A Critical Pedagogy of Embodied Education


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Table of Contents

A Critical Pedagogy of Activism Introduction Defining Activism The 'Accidental Activist' Prelude to the Research Activist as Researcher The Importance of a Book on Activists' Pedagogy Central Research Questions Book Structure Case Study Research Introduction Qualitative Research Phenomenology Research as Social Change Why are you doing 'Objectivist' Research? The Method Conclusion The Politics of Adult Education Introduction Popular Education and Radical Adult Education Learning through Social Action Learning to Think Critically Transformative Learning Learning to be Radical Social Learning Learning on the Job Identity and Learning Postcolonial Theories of Education Conclusion The Lifelong Activists Introduction The Lifelong Activists – Biographical Profiles Typologies and their Limitations Stages and Phases of Learning Student Politics Developing an Activist Epistemology Learning Skills 'on the job' of Activism Significant Mentors Identity: Learning to become an Activist Emotions and Learning Spirituality Conclusion Case Study: Jorge's Story Conclusion Case Study: Cam Walker's Story Conclusion Case study: Kerry's Story Conclusion Conclusion to the Quintain of Case Studies The Circumstantial Activists Introduction Circumstantial Activists: Biographical Profiles Stages and Phases of Learning Circumstances and Activism Formal Learning Developing an Activist Epistemology Critical Thinking Identity Formation – Learning to become an Activist Emotions and Learning The Learning Edge Religion, Social Justice and Spirituality Conclusion Case Studies Introduction Case Study: Terry's story Conclusion Case Study: Catherine's story Conclusion Case Study: Tim Forcey's story Conclusion Case study: Grace's story Conclusion Embodied Learning Introduction Learning and the Whole Body: Being There Rationalism and Adult Education The Junk Category of Practical Knowledge Emotions and Activism Critical Thinking in Intelligent Bodies Conclusion Informal and Social Learning IntroductionSocial Learning: Communities of Practice Apprenticeship Learning: The Role of Mentors Learning Community Rapid Learning and Circumstantial Activists Power and the Social Learning Model Learning to 'become' an Activist Conclusion A Critical Pedagogy of Embodied Education Introduction The Typology of Lifelong and Circumstantial Activists Activists' Stages and Phases of Learning (both groups) Differences between Lifelong and Circumstantial Activists Facilitating a Critical Pedagogy of Activism a way Forward The Intelligent Body Freire's Legacy A Final Word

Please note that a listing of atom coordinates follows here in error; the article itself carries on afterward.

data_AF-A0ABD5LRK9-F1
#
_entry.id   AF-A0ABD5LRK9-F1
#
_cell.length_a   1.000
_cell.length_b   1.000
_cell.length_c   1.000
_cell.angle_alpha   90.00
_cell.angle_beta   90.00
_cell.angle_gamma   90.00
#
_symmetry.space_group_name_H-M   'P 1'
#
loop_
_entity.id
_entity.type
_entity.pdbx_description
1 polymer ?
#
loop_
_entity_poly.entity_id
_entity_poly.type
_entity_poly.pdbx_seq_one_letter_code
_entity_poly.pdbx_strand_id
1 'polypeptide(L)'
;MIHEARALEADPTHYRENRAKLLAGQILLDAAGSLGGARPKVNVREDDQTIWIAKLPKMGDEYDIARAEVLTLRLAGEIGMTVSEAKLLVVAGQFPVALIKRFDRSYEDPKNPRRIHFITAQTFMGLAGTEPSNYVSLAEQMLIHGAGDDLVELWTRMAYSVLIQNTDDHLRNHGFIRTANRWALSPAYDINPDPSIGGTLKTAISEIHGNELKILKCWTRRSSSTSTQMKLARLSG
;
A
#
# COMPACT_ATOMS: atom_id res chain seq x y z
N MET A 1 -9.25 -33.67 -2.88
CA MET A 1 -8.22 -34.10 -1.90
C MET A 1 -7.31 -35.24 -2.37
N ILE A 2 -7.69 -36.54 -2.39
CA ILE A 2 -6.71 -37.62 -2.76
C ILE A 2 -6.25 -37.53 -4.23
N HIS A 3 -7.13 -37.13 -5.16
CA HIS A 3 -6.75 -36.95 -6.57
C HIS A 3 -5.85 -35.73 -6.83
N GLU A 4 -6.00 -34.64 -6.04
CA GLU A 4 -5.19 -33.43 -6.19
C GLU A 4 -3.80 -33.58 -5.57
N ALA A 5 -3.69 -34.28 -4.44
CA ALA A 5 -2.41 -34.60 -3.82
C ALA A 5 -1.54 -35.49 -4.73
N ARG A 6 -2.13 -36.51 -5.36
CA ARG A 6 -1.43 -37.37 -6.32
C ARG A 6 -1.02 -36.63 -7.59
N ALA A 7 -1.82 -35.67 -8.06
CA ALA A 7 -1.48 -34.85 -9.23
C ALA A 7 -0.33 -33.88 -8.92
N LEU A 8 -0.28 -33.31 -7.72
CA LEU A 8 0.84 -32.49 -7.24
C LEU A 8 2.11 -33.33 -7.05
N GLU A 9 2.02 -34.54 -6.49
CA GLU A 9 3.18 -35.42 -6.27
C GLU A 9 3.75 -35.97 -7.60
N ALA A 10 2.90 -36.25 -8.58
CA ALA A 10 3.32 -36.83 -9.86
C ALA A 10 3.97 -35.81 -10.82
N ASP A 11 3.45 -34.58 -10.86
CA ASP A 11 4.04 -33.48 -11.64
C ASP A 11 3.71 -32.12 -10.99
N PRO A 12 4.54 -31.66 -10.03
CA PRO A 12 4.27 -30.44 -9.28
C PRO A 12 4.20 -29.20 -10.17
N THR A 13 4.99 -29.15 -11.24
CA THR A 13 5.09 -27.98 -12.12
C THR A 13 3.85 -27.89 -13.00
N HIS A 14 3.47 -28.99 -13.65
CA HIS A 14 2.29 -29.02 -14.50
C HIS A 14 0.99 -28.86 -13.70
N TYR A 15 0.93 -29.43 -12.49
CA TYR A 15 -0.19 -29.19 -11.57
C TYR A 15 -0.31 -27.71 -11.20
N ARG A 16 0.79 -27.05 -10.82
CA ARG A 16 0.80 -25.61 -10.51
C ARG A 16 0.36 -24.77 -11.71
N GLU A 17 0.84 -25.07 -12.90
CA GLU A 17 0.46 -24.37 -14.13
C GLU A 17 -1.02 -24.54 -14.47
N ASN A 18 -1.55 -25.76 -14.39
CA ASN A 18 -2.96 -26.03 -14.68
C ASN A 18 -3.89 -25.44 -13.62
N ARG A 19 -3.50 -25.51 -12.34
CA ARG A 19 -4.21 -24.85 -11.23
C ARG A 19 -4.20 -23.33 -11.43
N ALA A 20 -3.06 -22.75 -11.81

About the Author

TRACEY OLLIS is a Lecturer in Applied Human Rights, in the School of Education at RMIT University, Australia.


'Tracey Ollis has written an important and insightful book. A Critical Pedagogy of Embodied Education provides us with a nuanced and very thoughtful discussion of how people become activists, a critical issue during a period when social and educational activism is ever more necessary.' - Michael W. Apple, John Bascom Professor of Curriculum and Instruction and Educational Policy Studies, University of Wisconsin, Madison 'In A Critical Pedagogy of Embodied Education Tracey Ollis does a brilliant job theorizing about similarities and differences in two types of adult activists-lifelong and circumstantial. Using case study methodology, the author powerfully chronicles the subjects' embodied pedagogy of activism despite their different life trajectories and reasons for engaging in activism. This book makes a significant contribution to the fields of adult education, critical pedagogy, and community organizing, and it offers a highly original understanding of the nature of activism and the reality that all successful learning - for students in general and for activists in particular - goes beyond mere issues of cognition and must encompass students' sense of justice, and their strong emotional and spiritual connections as well! A Critical Pedagogy of Embodied Education is not only illuminating but it reminds us that life-long learning is part and parcel of any aspiration for a democratic life.' - Lilia I. Bartolome, Professor of Applied Linguistics, College of LiberalArts, University of Massachusetts Boston 'Activism is, thankfully, alive. 'Occupy' is the cry everywhere at present. In this book, Tracey Ollis shows how activists learn from what they do. Activism is an informal, emotionally-charged form of practice, where reflecting-in-action (to use Donald Schön's famous term) is itself educational. Ollis shows with case studies and conceptual innovation how popular protests and timely readings of opportunism can come together in really successful adult learning for activists of all kinds. For those who want to understand resistance better, read here how circumstances can drive the social and political changes you value and, more inspirationally, how you can create those circumstances through what you do through your embodied learning from, and amidst, activism.' - David Beckett, Associate Professor, Melbourne Graduate School of Education

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